Burials are unquestionably rituals where private passions and public zones of intimacy come together, where private memorialization scenes interact with the organization of public sentiment, where affect is effectively ushered into the promotion of socially organized mourning practices. The talk looks at the cultural impact of burial denial on the affective experience of those other bodies who interact with the dead, the logistics of affect that organize or are organized by the social structure of feeling and the ways in which they promote a pedagogic or resistant affectivity.  By addressing two representative case studies, Sophocles’ Antigone and the bin Laden affair, I wish to probe the manifold ways in which burial affects effectively matter. At stake are issues such as the governamentalization of the organic, the modalization of mourning, the mode of affect production and its interaction with the public technologies of affect. The production of an emotional necropolitics around the non-existing burial has social-political implications, negotiates cultural memory practices and articulates non-intentional modes of experience in their dealings with dominant ‘machinic assemblages’ of power (Grossberg). Of particular interest in this regard is the articulation of  affective investment with erasure and the questioning of the role of aesthetics in the grey zone where burial  prohibition is placed.

 

Isabel Capeloa Gil is Associate Professor of Cultural Theory at the Catholic University of Portugal and Honorary Fellow at the Institute of Germanic and Romance Studies (U. London). She is currently the Vice-Rector of the Catholic University of Portugal and the Director of the postgraduate program The Lisbon Consortium. Her main research areas include intermedia studies, gender studies as well as representations of war and conflict.

K3: Willie van Peer, What Literature Does to Us. And How Do We Know?

Most of our responses to literature center around ideas and emotions. But it is the concrete form in which literature presents these that makes it so special. To unravel the secrets of such literary effects, we need the best possible methods to study the responses of readers. These methods exist and they are available to anyone interested in the study of literature. They are, however, sadly underemployed by literary scholars, resulting in our poor knowledge of how emotions function in reading.

The lecture will present clear examples of these methods, illustrating the spectacular results they have yielded. Not only do they reveal solid insights into the interaction of cognitive and emotional processes of reading. More importantly even, they also unveil hitherto unexpected aspects of the interplay between the form and content of literary texts.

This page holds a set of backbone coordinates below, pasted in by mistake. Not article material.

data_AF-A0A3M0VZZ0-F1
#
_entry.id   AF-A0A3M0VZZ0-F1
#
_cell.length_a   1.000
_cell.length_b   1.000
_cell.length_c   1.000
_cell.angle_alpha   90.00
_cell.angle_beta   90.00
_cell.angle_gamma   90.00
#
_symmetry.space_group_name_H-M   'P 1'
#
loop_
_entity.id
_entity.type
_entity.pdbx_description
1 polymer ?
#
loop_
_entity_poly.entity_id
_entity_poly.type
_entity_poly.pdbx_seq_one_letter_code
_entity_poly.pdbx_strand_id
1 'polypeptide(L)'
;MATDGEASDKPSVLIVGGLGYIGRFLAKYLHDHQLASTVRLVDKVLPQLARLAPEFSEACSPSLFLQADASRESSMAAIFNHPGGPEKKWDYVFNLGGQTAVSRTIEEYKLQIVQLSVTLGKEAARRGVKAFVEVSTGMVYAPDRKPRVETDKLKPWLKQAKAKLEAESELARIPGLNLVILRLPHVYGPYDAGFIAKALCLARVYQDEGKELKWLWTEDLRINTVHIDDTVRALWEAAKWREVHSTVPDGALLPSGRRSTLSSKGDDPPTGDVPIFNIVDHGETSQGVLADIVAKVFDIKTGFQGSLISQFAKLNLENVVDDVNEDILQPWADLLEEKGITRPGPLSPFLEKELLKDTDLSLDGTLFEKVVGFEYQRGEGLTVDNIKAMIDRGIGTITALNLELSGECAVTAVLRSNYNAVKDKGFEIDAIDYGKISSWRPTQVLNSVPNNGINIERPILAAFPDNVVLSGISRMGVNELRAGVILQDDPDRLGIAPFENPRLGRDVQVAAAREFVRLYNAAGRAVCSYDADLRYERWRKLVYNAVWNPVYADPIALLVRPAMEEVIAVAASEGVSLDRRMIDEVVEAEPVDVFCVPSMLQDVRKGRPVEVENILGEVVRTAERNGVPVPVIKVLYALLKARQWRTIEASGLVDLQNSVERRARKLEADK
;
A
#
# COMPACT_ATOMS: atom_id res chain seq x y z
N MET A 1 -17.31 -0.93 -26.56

Willie van Peer is Professor of Literary Studies and Intercultural Hermeneutics at the University of Munich, former President of IGEL (International Association for the Empirical Study of Literature and Media) and of PALA (Poetics and Linguistics Association). He is the author of several books and many articles on poetics and the epistemological foundations of literary studies, including Stylistics and Psychology: Investigations of Foregrounding (London, 1986).

K4: Roma Sendyka & Erica Lehrer, ‘Awkward Objects of Genocide’: Reading and Curating Affect with Pluralist Cultural Literacies

This talk is based on preliminary findings of the team research project Awkward objects of genocide: vernacular arts of [Holocaust] witness in and beyond Polish ethnographic museums, developed within the project Transmitting Contentious Cultural Heritages with the Arts: From Intervention to Co-Production (TRACES, Horizon 2020, Reflective Society, 2016-2019). We focus on vernacular art objects produced since 1945 in Poland documenting the Nazi Occupation. These objects provide a laboratory for observing entanglements of culture, emotion, and memory/forgetting regarding the murder of Poland’s Jews during the Holocaust. We illustrate how these analytically challenging objects hover betwixt multiple symbolic systems (Polish/German,/Christian/Jewish; “folk”/elite; vernacular/popular/high arts), and describe our plans for curating them in participatory ways with multiple taxonomies that highlight their complexity and open them to (and beyond) their entangled “heritage communities.”  The talk will be illustrated by Wojciech Wilczyk’s photos and comments by Magdalena Zych (participants of TRACES).